Is swipe fee reform dead?


Last summer, Republicans took aim at financial reform by proposing legislative action to replace Dodd-Frank with the Financial Choice Act. The proposal included a repeal of the hard-won debit-card swipe fees reform that more fairly set what’s paid by retailers. Should we expect it to happen this year?

It’s been five years since the implementation of debit swipe fee reform following hard-fought legislative battles on Capitol Hill and a variety of court clashes. Under the Dodd-Frank Consumer Protection and Wall Street Reform Act of 2010, the Federal Reserve was mandated to adopt regulations that would result in debit swipe fees that were "reasonable and proportional" to the actual cost of processing a transaction.

A year later, the Federal Reserve finally approved rules required by Dodd-Frank that resulted in a 21-cent base fee, down from 40-cents-plus charged retailers by card companies and banks.

Fast forward to June 2016, when Rep. Jeb Hensarling (R-Texas) released a draft of the Financial Choice Act. Hensarling is chairman of the House Financial Services Committee.
“Choice” was an acronym for “Creating Hope and Opportunity for Investors, Consumers and Entrepreneurs.”

Groups like the Retail Industry Leaders Association and the National Retail Federation immediately blasted Hensarling's proposed legislation. It’s a "return to the bad old days when card companies and banks freely picked the public's pocket," National Retail Federation senior VP and general counsel Mallory Duncan said.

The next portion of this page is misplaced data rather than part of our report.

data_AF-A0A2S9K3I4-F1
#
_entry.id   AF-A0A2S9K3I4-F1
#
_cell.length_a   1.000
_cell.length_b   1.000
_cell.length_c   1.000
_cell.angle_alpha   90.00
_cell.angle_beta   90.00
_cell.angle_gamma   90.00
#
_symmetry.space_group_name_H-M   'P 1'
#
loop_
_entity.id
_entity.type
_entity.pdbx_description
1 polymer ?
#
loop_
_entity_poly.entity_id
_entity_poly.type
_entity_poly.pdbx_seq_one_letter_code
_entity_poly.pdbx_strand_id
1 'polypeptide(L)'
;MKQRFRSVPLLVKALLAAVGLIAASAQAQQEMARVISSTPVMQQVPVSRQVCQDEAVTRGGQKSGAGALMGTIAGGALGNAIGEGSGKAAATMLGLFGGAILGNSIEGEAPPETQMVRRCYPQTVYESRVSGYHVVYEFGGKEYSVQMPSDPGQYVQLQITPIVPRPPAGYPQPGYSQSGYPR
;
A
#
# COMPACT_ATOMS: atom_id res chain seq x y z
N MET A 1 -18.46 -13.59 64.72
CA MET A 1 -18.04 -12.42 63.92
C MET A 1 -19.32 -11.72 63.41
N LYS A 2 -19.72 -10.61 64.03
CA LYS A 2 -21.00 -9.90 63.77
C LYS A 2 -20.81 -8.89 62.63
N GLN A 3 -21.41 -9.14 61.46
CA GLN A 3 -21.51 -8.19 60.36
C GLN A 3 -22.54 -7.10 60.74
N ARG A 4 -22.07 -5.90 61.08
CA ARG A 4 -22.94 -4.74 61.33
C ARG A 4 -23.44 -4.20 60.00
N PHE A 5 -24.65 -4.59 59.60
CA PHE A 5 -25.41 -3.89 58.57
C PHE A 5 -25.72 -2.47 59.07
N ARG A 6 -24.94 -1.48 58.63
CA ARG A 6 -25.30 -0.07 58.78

Retail Industry Leaders Association vice president of government affairs Austen Jensen put it this way: “It is disappointing to see the Choice Act favors the largest banks and card networks in the nation over Main Street. Giving banks and card networks a green light to raise fees on businesses and consumers again is not the kind of reform the American people want.”

In essence, if the cap is repealed, the fees banks charge retailers and their customers when they use a debit card to pay for purchases will likely double. Debit swipe fee reform also introduced some measure of competition into the debit card market, though it continues to be largely controlled by the Visa-MasterCard duopoly.

Even with reform, American retailers and consumers still are forced to pony up the highest debit and credit swipe fees in the world — up to a whopping seven or eight times what Europeans are assessed.

With the overwhelming Republican majority in Congress and Friday’s inauguration of Donald Trump as president, proposals to repeal Dodd-Frank, including dumping the cap on swipe fees, is likely to hit the battle stage sooner than later. Giving banks and card networks a green light to raise fees and price-fix again shouldn’t happen. But it could take a Herculean effort to save the cap and retailers will have to be ready to speak out loudly.


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